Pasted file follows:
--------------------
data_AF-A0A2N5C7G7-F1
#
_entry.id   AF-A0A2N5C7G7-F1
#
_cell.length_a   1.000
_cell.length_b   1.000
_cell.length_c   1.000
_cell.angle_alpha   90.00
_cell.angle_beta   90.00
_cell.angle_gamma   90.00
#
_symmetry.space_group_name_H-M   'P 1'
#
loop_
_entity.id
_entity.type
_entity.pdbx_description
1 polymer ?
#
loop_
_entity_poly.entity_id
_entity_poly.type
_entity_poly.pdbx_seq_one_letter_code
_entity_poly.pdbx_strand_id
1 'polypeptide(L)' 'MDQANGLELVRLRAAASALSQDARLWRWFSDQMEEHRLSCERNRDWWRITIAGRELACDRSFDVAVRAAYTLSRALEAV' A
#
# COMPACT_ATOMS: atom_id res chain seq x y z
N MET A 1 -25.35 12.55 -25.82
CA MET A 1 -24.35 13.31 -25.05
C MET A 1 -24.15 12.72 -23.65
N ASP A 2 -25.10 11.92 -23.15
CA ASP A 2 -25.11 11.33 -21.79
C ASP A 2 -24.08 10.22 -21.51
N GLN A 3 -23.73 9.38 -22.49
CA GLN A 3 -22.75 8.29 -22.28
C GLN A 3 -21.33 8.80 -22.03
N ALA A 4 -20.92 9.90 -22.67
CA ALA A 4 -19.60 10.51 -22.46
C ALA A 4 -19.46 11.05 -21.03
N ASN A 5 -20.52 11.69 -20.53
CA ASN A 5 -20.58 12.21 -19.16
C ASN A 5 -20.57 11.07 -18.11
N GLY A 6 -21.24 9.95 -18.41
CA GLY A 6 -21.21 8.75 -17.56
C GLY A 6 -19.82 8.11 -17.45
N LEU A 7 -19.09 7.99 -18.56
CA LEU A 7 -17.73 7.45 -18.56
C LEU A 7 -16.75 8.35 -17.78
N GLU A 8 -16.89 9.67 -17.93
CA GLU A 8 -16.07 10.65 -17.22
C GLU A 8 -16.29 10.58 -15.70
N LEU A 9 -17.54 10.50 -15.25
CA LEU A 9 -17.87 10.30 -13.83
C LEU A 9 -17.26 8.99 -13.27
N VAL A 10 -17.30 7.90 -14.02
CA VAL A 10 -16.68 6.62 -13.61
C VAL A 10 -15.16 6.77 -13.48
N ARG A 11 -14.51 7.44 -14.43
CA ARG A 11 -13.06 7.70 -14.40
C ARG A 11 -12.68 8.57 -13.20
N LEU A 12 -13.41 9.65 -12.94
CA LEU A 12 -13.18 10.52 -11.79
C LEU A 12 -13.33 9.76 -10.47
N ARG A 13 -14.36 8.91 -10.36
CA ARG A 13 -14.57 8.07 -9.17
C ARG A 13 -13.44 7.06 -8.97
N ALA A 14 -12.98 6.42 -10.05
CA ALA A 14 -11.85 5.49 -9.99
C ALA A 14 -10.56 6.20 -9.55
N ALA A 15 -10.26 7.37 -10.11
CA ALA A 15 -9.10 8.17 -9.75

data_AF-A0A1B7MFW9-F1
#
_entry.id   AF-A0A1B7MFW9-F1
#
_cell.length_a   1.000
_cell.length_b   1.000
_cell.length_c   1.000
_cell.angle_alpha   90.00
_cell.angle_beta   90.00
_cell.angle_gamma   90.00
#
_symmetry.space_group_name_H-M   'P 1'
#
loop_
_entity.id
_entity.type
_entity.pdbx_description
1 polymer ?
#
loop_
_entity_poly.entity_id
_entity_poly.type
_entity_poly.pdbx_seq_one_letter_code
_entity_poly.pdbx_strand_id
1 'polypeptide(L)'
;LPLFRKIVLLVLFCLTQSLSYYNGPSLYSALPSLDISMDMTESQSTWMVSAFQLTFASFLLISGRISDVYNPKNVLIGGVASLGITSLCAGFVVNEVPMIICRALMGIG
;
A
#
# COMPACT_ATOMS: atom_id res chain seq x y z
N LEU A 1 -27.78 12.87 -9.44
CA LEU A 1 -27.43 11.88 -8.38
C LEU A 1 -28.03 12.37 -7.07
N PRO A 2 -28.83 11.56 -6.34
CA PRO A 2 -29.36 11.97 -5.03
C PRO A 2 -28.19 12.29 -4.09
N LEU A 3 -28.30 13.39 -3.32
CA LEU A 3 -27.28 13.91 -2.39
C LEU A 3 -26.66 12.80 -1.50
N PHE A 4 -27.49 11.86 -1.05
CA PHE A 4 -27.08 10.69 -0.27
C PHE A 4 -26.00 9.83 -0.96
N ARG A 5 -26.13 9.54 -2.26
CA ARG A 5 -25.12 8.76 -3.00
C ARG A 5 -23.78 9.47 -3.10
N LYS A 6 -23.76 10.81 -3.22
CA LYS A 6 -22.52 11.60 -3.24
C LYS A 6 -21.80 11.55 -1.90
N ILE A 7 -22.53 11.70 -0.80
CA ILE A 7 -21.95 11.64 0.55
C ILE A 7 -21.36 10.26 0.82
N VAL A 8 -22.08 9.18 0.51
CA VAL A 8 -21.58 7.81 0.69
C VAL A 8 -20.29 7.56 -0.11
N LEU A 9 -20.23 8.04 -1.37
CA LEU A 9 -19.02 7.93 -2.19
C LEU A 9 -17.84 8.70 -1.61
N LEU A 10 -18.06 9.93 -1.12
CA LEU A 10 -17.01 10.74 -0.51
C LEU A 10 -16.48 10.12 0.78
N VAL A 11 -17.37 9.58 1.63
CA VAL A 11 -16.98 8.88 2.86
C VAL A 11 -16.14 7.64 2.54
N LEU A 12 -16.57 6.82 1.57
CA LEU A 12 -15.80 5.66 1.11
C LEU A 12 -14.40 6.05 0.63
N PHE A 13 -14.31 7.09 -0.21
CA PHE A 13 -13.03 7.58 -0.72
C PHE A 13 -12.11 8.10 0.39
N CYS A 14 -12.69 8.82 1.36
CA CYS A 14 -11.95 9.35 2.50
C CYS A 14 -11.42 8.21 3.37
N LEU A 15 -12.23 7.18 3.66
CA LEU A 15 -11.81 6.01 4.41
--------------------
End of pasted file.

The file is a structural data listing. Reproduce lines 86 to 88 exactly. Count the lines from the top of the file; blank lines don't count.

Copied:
_entity.id
_entity.type
_entity.pdbx_description